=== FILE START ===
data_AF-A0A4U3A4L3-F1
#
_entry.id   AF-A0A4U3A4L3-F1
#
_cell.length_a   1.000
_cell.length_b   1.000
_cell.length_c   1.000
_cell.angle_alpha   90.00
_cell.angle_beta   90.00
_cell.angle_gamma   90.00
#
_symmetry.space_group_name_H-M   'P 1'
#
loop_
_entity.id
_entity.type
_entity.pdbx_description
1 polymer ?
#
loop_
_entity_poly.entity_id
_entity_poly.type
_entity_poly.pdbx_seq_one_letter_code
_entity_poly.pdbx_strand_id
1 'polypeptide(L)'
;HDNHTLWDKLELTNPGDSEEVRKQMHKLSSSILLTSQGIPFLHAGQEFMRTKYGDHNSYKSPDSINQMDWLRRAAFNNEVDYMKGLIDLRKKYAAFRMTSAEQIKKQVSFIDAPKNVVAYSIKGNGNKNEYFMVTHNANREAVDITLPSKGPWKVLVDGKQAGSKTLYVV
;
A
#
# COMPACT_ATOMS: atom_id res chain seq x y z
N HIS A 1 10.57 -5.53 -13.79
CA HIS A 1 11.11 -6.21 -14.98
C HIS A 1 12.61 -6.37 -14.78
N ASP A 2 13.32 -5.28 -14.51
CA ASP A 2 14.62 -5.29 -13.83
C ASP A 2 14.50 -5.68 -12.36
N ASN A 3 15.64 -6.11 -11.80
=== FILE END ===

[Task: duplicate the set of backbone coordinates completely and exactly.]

data_AF-A0A4U3A4L3-F1
#
_entry.id   AF-A0A4U3A4L3-F1
#
_cell.length_a   1.000
_cell.length_b   1.000
_cell.length_c   1.000
_cell.angle_alpha   90.00
_cell.angle_beta   90.00
_cell.angle_gamma   90.00
#
_symmetry.space_group_name_H-M   'P 1'
#
loop_
_entity.id
_entity.type
_entity.pdbx_description
1 polymer ?
#
loop_
_entity_poly.entity_id
_entity_poly.type
_entity_poly.pdbx_seq_one_letter_code
_entity_poly.pdbx_strand_id
1 'polypeptide(L)'
;HDNHTLWDKLELTNPGDSEEVRKQMHKLSSSILLTSQGIPFLHAGQEFMRTKYGDHNSYKSPDSINQMDWLRRAAFNNEVDYMKGLIDLRKKYAAFRMTSAEQIKKQVSFIDAPKNVVAYSIKGNGNKNEYFMVTHNANREAVDITLPSKGPWKVLVDGKQAGSKTLYVV
;
A
#
# COMPACT_ATOMS: atom_id res chain seq x y z
N HIS A 1 10.57 -5.53 -13.79
CA HIS A 1 11.11 -6.21 -14.98
C HIS A 1 12.61 -6.37 -14.78
N ASP A 2 13.32 -5.28 -14.51
CA ASP A 2 14.62 -5.29 -13.83
C ASP A 2 14.50 -5.68 -12.36
N ASN A 3 15.64 -6.11 -11.80